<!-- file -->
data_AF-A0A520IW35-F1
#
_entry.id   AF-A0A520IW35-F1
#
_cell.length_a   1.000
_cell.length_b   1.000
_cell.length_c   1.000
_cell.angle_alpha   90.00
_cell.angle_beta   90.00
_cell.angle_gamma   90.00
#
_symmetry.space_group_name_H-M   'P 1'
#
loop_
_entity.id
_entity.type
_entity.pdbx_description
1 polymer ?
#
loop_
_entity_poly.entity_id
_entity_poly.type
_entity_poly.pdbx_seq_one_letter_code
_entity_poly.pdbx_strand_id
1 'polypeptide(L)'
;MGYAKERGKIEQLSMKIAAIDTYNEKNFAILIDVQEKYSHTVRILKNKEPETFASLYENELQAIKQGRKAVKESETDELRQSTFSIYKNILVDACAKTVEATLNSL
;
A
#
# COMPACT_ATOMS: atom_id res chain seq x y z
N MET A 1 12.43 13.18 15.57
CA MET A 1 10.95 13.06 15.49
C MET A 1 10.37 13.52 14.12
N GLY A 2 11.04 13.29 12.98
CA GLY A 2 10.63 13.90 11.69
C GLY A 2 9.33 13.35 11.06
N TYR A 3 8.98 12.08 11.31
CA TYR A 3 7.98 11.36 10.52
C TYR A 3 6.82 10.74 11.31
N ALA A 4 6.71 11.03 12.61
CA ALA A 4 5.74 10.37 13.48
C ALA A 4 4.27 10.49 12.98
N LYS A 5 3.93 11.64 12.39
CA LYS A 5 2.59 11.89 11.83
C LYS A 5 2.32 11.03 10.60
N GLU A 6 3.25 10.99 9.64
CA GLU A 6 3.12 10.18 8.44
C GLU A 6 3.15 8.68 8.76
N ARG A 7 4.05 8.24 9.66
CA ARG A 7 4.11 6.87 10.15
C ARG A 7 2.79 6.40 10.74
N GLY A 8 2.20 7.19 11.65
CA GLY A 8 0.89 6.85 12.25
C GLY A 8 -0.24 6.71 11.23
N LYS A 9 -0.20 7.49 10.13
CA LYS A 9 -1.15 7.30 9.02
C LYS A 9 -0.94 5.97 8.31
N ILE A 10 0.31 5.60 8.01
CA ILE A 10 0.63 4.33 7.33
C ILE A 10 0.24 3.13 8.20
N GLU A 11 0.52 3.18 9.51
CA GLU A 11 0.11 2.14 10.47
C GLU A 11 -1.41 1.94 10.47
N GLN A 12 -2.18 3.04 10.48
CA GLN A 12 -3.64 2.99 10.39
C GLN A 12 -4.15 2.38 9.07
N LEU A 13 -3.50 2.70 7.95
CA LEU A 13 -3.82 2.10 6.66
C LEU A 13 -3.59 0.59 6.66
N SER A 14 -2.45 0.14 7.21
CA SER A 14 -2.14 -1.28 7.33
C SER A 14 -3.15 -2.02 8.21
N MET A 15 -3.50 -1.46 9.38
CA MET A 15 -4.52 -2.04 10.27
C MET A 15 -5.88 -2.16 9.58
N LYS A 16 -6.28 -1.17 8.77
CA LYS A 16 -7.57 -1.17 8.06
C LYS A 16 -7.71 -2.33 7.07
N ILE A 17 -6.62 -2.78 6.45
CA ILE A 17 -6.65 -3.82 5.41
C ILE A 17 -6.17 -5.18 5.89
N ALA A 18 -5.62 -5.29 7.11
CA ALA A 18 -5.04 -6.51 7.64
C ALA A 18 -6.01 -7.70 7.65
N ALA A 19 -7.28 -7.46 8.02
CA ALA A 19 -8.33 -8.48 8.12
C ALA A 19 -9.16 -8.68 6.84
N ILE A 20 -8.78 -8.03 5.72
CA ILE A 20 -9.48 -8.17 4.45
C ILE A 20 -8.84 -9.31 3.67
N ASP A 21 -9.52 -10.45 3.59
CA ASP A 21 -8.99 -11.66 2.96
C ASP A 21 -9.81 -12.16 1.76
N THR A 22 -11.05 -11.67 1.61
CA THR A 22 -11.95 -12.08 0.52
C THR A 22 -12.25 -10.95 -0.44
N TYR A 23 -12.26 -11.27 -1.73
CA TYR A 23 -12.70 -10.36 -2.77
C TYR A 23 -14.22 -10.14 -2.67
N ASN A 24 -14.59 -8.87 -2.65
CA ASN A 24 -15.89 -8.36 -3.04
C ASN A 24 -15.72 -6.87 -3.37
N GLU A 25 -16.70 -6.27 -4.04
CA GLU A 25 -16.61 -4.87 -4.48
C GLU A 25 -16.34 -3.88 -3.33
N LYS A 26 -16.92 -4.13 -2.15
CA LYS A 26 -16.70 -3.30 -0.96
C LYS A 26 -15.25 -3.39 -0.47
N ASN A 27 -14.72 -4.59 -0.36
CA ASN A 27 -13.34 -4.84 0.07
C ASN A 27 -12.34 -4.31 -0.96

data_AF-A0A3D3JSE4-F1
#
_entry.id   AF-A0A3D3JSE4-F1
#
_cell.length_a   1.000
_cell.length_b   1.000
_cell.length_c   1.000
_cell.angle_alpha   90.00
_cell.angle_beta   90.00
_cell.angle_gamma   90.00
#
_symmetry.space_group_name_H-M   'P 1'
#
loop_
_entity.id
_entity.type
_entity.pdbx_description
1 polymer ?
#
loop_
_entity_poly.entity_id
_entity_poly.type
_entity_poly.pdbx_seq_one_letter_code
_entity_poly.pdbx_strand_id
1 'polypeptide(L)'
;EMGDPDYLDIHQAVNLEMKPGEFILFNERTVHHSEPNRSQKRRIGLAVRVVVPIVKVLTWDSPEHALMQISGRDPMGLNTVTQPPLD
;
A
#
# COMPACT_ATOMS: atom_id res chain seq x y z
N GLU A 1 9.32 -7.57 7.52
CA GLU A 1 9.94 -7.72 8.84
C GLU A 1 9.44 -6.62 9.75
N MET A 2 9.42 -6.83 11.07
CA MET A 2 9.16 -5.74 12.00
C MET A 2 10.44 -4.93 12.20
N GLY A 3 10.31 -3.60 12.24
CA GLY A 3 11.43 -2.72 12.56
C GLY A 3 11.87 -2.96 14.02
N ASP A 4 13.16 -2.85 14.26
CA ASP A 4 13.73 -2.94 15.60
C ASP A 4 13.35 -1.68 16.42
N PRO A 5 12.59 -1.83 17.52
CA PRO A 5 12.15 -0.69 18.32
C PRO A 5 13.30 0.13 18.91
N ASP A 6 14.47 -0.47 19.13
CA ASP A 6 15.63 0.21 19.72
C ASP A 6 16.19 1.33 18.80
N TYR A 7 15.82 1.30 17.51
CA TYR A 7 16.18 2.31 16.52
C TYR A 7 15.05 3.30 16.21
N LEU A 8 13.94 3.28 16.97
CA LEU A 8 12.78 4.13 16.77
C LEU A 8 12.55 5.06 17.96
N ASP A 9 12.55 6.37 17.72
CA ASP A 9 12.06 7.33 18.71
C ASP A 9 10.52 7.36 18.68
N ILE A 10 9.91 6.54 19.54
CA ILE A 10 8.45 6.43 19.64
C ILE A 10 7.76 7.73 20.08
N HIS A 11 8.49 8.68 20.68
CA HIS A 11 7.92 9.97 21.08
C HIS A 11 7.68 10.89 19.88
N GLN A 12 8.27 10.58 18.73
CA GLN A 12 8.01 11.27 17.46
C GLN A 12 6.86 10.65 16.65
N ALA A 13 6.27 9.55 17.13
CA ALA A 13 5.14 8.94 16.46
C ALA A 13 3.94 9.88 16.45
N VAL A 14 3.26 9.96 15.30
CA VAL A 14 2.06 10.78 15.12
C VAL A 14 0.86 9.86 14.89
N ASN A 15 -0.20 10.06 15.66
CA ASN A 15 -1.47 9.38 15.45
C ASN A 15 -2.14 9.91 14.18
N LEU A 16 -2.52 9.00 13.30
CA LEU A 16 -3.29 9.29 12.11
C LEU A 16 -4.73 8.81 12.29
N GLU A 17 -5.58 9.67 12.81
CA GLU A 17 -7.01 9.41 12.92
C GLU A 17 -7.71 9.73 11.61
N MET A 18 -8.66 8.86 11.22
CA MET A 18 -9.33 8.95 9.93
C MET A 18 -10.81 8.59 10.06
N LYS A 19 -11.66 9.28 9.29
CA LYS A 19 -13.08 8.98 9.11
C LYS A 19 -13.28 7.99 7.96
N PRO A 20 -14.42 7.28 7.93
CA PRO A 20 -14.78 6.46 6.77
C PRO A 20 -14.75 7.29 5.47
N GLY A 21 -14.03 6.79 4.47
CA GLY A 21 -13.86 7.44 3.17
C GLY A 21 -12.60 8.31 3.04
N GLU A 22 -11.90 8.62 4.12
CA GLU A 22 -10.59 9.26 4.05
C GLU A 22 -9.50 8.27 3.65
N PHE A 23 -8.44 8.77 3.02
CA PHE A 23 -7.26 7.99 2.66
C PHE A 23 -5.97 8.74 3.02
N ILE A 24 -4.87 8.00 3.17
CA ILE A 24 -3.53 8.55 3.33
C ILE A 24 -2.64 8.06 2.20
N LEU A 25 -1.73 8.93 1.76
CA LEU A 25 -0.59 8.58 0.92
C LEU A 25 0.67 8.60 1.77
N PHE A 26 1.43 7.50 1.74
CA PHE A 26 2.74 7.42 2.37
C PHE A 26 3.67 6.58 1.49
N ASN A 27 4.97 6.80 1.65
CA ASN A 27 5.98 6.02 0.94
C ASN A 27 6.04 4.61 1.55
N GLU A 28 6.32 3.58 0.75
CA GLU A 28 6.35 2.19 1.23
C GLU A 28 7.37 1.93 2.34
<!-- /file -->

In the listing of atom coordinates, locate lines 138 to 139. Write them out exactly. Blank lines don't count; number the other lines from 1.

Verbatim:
;
A